The warehouse, a cold, nondescript concrete block of a building, is incredibly loud. Skateboarders create a relentless din as they thrum from one end of the space to the other, rumble down plywood ramps and slam against the concrete floor.
Over the course of a week, upwards of 75 young skaters, from early elementary kids to young adults, will come to Serious JuJu, a skateboarding ministry and worshipping community with a name as alternative as the skaters it serves in Kalispell, Montana.
They practice their tricks, have a hot meal and talk honestly about life, which for many of these kids includes obstacles like hunger, poverty and unstable or abusive families.
Over the course of 2019, before the coronavirus changed the “come one, come all” Friday skate nights into numbers-controlled small group skate sessions, 400 kids came through JuJu’s doors.
The Rev. Miriam Mauritzen, Serious JuJu’s pastor, navigates hardship and stress with these kids and often their families as well, recognizing that a major part of her work is helping them figure out what to do with their pain.
“We take our broken skateboards and we put them on the cross,” she said, referring to the huge cross on the back wall constructed from snapped boards.
“And we talk about how this is what we do with our brokenness. We don’t need to lock it away. Christ teaches that we put it here, that we share it in community. We embrace our pain until it becomes wisdom and a key for someone else.”
Serious JuJu holds together the experiences of Good Friday and Easter Sunday. What would it look like for your community to embrace pain until it becomes wisdom, hope and new life?
Mauritzen looks nothing like what one might expect of a skateboard pastor. She has no visible tattoos; her hair is a natural brown; on this particular Thursday, she’s wearing a Patagonia jacket and stylish duck boots. And JuJu looks nothing like a church.
Yet Serious JuJu is very much a place of worship, and Mauritzen is very much the shepherd. Midway through each session, the skaters pause to be fed — both literally and spiritually — with a talk led by either Mauritzen or one of JuJu’s dedicated volunteers.
On this night, over a spread of ribs, chicken soup and chocolate cake, Mauritzen is finishing up a gospel-centered discussion on failure when one of the teenage boys raises his hand.
“Hey Miriam, have you ever ‘dropped in’?” he asks, using the term for standing at the top of a steeply curved half-pipe and shooting down into it on a skateboard.
She looks at him, taking a beat before she answers. This is not how she expected the kids to interpret her message.
No, she hasn’t ever dropped in. She’s not even a skateboarder herself. But she did just give a talk on embracing failure.
So she wraps up the group time, puts on all the pads she can find, summons every skater in the warehouse for moral and physical support, and climbs the steps to the top of the ramp.
When was the last time you accepted an invitation to take a risk? How do you react when an experiment goes awry?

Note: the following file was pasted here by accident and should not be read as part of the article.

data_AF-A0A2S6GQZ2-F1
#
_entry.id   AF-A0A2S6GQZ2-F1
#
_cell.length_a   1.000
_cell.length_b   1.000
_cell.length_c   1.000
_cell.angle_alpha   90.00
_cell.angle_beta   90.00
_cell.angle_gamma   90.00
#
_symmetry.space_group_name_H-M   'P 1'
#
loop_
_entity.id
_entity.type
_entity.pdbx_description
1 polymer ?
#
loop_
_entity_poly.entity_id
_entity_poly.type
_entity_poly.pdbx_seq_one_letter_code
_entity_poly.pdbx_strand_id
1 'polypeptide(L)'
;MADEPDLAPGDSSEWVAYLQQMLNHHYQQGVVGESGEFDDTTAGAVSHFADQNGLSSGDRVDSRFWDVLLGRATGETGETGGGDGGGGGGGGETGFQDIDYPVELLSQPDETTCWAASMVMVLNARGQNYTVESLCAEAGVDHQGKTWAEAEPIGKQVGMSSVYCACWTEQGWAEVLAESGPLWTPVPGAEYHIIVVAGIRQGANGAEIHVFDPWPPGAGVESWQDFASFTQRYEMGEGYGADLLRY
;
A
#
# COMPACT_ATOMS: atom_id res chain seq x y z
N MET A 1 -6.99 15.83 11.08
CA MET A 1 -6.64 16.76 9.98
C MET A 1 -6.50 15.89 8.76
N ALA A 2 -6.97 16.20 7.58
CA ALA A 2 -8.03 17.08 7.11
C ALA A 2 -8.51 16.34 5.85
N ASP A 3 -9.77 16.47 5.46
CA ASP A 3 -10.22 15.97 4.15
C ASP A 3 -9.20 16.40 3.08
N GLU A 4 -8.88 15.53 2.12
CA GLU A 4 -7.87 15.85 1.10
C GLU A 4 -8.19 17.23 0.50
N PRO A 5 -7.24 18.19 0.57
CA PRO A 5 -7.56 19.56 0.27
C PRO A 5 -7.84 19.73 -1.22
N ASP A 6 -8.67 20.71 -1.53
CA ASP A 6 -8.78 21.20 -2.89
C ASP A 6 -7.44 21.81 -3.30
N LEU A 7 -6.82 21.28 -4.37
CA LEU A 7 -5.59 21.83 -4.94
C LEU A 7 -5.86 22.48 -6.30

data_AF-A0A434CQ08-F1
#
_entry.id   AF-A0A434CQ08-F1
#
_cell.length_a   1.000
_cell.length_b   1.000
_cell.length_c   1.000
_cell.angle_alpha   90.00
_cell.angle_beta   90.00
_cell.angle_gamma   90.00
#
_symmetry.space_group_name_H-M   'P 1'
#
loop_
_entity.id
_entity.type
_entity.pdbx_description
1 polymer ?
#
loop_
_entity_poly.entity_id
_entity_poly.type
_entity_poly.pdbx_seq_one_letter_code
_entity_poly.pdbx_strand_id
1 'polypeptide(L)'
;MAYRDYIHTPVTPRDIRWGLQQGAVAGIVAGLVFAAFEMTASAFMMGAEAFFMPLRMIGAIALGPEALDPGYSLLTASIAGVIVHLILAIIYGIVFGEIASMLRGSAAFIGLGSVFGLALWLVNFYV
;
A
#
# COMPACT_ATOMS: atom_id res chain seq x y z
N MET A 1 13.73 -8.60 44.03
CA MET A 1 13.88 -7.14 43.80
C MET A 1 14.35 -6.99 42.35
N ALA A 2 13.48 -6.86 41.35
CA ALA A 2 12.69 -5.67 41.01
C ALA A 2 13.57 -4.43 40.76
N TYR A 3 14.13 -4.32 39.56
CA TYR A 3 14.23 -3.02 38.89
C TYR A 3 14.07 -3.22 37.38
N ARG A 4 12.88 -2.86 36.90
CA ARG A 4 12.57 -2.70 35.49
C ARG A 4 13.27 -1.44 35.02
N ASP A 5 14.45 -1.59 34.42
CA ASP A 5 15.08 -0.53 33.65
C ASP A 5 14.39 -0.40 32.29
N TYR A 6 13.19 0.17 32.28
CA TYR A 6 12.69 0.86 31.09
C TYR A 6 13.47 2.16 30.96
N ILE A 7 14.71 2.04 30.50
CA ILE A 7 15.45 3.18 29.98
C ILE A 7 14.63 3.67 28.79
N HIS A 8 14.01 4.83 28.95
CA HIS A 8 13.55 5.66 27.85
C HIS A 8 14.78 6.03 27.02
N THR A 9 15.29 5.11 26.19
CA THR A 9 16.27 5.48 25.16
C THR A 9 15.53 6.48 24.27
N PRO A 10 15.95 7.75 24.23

She fails. The board shoots out from under her, and she goes down hard. She takes a break. Five minutes later, though, she tells the boys she wants to try again.
They’re instantly coaching her on how to do better, showing her techniques to help her keep her weight forward and avoid a second crash.
She perches atop the ramp again, nervous but determined, ready to do the thing she really does not want to do: pitch herself into the sudden drop, completely unsure of her ability to pull it off.
Serious JuJu has always been throwing itself forward into the void. For the past 14 years, this skateboarding ministry has kept changing to connect with skaters in this small, working-class city of about 25,000 tucked among the mountains of northwest Montana.
What has remained constant is the organization’s desire to love these kids with “strings unattached,” as Mauritzen puts it.
As longtime volunteer and former board member Tom Esch explains it, Serious JuJu is there “to come alongside people wherever they’re at. If they need food, great. If they need help with their apartment, we can do that.
“But mostly it’s to come alongside them, to let them know that they’re not alone, that they are loved and the God of the universe cares for them,” he said.
‘People are already congregating’
Mauritzen, an ordained Presbyterian minister, said her experience in this ministry has changed her ideas about successful outreach.
“Oftentimes, the church kind of misses the boat, because we’re doing that attraction model; we’re trying to make ourselves so attractive that people want to come and congregate with us,” she said.
“We don’t have to do that work. People are already congregating. We need to notice that and pay attention to that and go there and say what they’re congregating about is important, and we, as part of their community, want to stand with them and join them in that.”
Where are people already congregating in your community? How could your church join that gathering without attempting to control it?
Serious JuJu’s unconventional ministry has been recognized by the church; it is part of the Presbyterian Church (U.S.A.)’s 1001 New Worshiping Communities movement, a testament to the expanding definition of church in the world.
“We want to grow the kingdom of God and our awareness of it and what it means to be a part of it, rather than our version of the Christian church,” said the Rev. Sara Hayden, who directs the movement’s apprenticeship and residency program.
That’s not to say that joining a community and turning it into a ministry is simple.
As Esch likes to say, the story of Serious JuJu is a narrative of “but for” moments, times when God’s hand has taken an all-but-certain death and turned it into the next step forward.
JuJu had an unlikely beginning. After the 2007 economic crash, welder J.D. Carabin got a side job making handrails for a high school renovation. His buddy commented that they would make great skate park accessories, which Carabin saw as a potential business.
How do you encourage, equip and empower laity to live into their vocations?
When he took them to the local skate park for feedback, though, he realized how badly the skaters “needed more than a rail,” as he put it.